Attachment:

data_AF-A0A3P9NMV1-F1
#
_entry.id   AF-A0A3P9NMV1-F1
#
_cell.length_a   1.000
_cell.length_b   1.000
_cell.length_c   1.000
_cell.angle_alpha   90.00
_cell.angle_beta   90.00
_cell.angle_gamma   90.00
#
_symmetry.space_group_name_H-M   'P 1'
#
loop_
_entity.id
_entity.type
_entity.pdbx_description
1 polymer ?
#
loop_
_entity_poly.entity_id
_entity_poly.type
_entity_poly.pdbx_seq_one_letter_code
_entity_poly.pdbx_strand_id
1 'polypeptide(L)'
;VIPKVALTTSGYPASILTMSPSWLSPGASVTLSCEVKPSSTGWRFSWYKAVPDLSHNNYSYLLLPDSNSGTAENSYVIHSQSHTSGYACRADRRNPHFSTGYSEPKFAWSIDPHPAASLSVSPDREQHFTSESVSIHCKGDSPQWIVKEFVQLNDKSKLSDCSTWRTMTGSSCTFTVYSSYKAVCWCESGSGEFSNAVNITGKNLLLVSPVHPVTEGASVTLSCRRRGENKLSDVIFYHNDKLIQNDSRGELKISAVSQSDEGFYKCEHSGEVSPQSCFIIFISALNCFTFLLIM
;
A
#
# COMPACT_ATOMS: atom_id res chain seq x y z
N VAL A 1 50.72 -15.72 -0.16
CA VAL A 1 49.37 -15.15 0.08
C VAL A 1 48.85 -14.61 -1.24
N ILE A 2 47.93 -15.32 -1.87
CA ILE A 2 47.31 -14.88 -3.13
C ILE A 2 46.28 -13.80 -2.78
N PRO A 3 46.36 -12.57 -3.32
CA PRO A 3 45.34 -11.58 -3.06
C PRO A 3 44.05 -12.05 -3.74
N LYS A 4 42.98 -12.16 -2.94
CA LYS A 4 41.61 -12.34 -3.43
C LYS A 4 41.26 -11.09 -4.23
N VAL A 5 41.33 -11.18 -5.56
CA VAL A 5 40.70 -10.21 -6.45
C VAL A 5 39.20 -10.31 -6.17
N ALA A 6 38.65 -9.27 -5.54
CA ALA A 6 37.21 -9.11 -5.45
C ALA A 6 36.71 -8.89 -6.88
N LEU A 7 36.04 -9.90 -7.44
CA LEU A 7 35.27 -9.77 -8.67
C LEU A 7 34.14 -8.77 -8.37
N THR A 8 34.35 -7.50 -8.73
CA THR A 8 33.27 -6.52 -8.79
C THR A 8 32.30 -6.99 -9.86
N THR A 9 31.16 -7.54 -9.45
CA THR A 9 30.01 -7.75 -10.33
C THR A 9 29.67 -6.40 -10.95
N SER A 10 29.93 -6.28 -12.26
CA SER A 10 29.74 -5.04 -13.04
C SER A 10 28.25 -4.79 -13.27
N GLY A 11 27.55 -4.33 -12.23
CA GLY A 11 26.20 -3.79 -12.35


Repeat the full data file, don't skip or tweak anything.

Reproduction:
data_AF-A0A3P9NMV1-F1
#
_entry.id   AF-A0A3P9NMV1-F1
#
_cell.length_a   1.000
_cell.length_b   1.000
_cell.length_c   1.000
_cell.angle_alpha   90.00
_cell.angle_beta   90.00
_cell.angle_gamma   90.00
#
_symmetry.space_group_name_H-M   'P 1'
#
loop_
_entity.id
_entity.type
_entity.pdbx_description
1 polymer ?
#
loop_
_entity_poly.entity_id
_entity_poly.type
_entity_poly.pdbx_seq_one_letter_code
_entity_poly.pdbx_strand_id
1 'polypeptide(L)'
;VIPKVALTTSGYPASILTMSPSWLSPGASVTLSCEVKPSSTGWRFSWYKAVPDLSHNNYSYLLLPDSNSGTAENSYVIHSQSHTSGYACRADRRNPHFSTGYSEPKFAWSIDPHPAASLSVSPDREQHFTSESVSIHCKGDSPQWIVKEFVQLNDKSKLSDCSTWRTMTGSSCTFTVYSSYKAVCWCESGSGEFSNAVNITGKNLLLVSPVHPVTEGASVTLSCRRRGENKLSDVIFYHNDKLIQNDSRGELKISAVSQSDEGFYKCEHSGEVSPQSCFIIFISALNCFTFLLIM
;
A
#
# COMPACT_ATOMS: atom_id res chain seq x y z
N VAL A 1 50.72 -15.72 -0.16
CA VAL A 1 49.37 -15.15 0.08
C VAL A 1 48.85 -14.61 -1.24
N ILE A 2 47.93 -15.32 -1.87
CA ILE A 2 47.31 -14.88 -3.13
C ILE A 2 46.28 -13.80 -2.78
N PRO A 3 46.36 -12.57 -3.32
CA PRO A 3 45.34 -11.58 -3.06
C PRO A 3 44.05 -12.05 -3.74
N LYS A 4 42.98 -12.16 -2.94
CA LYS A 4 41.61 -12.34 -3.43
C LYS A 4 41.26 -11.09 -4.23
N VAL A 5 41.33 -11.18 -5.56
CA VAL A 5 40.70 -10.21 -6.45
C VAL A 5 39.20 -10.31 -6.17
N ALA A 6 38.65 -9.27 -5.54
CA ALA A 6 37.21 -9.11 -5.45
C ALA A 6 36.71 -8.89 -6.88
N LEU A 7 36.04 -9.90 -7.44
CA LEU A 7 35.27 -9.77 -8.67
C LEU A 7 34.14 -8.77 -8.37
N THR A 8 34.35 -7.50 -8.73
CA THR A 8 33.27 -6.52 -8.79
C THR A 8 32.30 -6.99 -9.86
N THR A 9 31.16 -7.54 -9.45
CA THR A 9 30.01 -7.75 -10.33
C THR A 9 29.67 -6.40 -10.95
N SER A 10 29.93 -6.28 -12.26
CA SER A 10 29.74 -5.04 -13.04
C SER A 10 28.25 -4.79 -13.27
N GLY A 11 27.55 -4.33 -12.23
CA GLY A 11 26.20 -3.79 -12.35